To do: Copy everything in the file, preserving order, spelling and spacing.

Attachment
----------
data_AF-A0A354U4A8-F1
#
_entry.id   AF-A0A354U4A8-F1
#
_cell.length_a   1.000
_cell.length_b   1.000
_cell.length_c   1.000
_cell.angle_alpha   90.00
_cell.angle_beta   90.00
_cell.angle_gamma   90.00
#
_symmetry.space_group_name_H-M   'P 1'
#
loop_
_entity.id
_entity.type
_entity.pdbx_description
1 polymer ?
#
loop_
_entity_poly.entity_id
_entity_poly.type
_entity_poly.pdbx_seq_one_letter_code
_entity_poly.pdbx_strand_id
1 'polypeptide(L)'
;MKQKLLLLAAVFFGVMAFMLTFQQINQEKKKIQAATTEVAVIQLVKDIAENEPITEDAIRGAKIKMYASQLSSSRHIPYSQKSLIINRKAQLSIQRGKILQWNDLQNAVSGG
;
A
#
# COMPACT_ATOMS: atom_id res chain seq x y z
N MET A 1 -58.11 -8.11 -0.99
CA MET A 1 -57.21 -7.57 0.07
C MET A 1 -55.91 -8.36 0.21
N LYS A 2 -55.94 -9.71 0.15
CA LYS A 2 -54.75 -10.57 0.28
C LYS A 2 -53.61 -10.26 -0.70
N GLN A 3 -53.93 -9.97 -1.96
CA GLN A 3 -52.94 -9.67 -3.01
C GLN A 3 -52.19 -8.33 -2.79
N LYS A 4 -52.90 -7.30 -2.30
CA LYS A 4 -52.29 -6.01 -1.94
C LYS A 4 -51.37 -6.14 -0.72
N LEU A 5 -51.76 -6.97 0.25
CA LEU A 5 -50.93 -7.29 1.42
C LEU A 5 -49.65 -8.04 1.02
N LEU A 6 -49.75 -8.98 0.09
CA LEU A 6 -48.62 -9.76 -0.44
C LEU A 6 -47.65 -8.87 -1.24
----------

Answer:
data_AF-A0A354U4A8-F1
#
_entry.id   AF-A0A354U4A8-F1
#
_cell.length_a   1.000
_cell.length_b   1.000
_cell.length_c   1.000
_cell.angle_alpha   90.00
_cell.angle_beta   90.00
_cell.angle_gamma   90.00
#
_symmetry.space_group_name_H-M   'P 1'
#
loop_
_entity.id
_entity.type
_entity.pdbx_description
1 polymer ?
#
loop_
_entity_poly.entity_id
_entity_poly.type
_entity_poly.pdbx_seq_one_letter_code
_entity_poly.pdbx_strand_id
1 'polypeptide(L)'
;MKQKLLLLAAVFFGVMAFMLTFQQINQEKKKIQAATTEVAVIQLVKDIAENEPITEDAIRGAKIKMYASQLSSSRHIPYSQKSLIINRKAQLSIQRGKILQWNDLQNAVSGG
;
A
#
# COMPACT_ATOMS: atom_id res chain seq x y z
N MET A 1 -58.11 -8.11 -0.99
CA MET A 1 -57.21 -7.57 0.07
C MET A 1 -55.91 -8.36 0.21
N LYS A 2 -55.94 -9.71 0.15
CA LYS A 2 -54.75 -10.57 0.28
C LYS A 2 -53.61 -10.26 -0.70
N GLN A 3 -53.93 -9.97 -1.96
CA GLN A 3 -52.94 -9.67 -3.01
C GLN A 3 -52.19 -8.33 -2.79
N LYS A 4 -52.90 -7.30 -2.30
CA LYS A 4 -52.29 -6.01 -1.94
C LYS A 4 -51.37 -6.14 -0.72
N LEU A 5 -51.76 -6.97 0.25
CA LEU A 5 -50.93 -7.29 1.42
C LEU A 5 -49.65 -8.04 1.02
N LEU A 6 -49.75 -8.98 0.09
CA LEU A 6 -48.62 -9.76 -0.44
C LEU A 6 -47.65 -8.87 -1.24